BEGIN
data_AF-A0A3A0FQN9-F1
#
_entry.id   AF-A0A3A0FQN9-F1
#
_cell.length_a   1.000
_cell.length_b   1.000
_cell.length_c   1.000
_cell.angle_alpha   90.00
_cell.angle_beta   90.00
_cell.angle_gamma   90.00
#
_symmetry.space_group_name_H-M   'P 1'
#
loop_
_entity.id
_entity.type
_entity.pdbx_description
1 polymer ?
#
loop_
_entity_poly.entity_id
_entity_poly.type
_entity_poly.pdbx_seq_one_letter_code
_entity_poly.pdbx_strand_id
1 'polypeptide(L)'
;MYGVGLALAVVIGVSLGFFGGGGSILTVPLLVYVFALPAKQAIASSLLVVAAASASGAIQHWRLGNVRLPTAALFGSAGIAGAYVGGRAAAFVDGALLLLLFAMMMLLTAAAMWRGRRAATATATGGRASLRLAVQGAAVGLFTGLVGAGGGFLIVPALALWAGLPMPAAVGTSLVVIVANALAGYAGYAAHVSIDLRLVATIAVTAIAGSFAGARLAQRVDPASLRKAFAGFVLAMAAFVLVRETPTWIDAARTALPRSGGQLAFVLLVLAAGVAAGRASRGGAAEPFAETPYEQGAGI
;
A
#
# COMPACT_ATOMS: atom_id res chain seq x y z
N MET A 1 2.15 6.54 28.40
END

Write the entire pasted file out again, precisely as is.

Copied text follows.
data_AF-A0A3A0FQN9-F1
#
_entry.id   AF-A0A3A0FQN9-F1
#
_cell.length_a   1.000
_cell.length_b   1.000
_cell.length_c   1.000
_cell.angle_alpha   90.00
_cell.angle_beta   90.00
_cell.angle_gamma   90.00
#
_symmetry.space_group_name_H-M   'P 1'
#
loop_
_entity.id
_entity.type
_entity.pdbx_description
1 polymer ?
#
loop_
_entity_poly.entity_id
_entity_poly.type
_entity_poly.pdbx_seq_one_letter_code
_entity_poly.pdbx_strand_id
1 'polypeptide(L)'
;MYGVGLALAVVIGVSLGFFGGGGSILTVPLLVYVFALPAKQAIASSLLVVAAASASGAIQHWRLGNVRLPTAALFGSAGIAGAYVGGRAAAFVDGALLLLLFAMMMLLTAAAMWRGRRAATATATGGRASLRLAVQGAAVGLFTGLVGAGGGFLIVPALALWAGLPMPAAVGTSLVVIVANALAGYAGYAAHVSIDLRLVATIAVTAIAGSFAGARLAQRVDPASLRKAFAGFVLAMAAFVLVRETPTWIDAARTALPRSGGQLAFVLLVLAAGVAAGRASRGGAAEPFAETPYEQGAGI
;
A
#
# COMPACT_ATOMS: atom_id res chain seq x y z
N MET A 1 2.15 6.54 28.40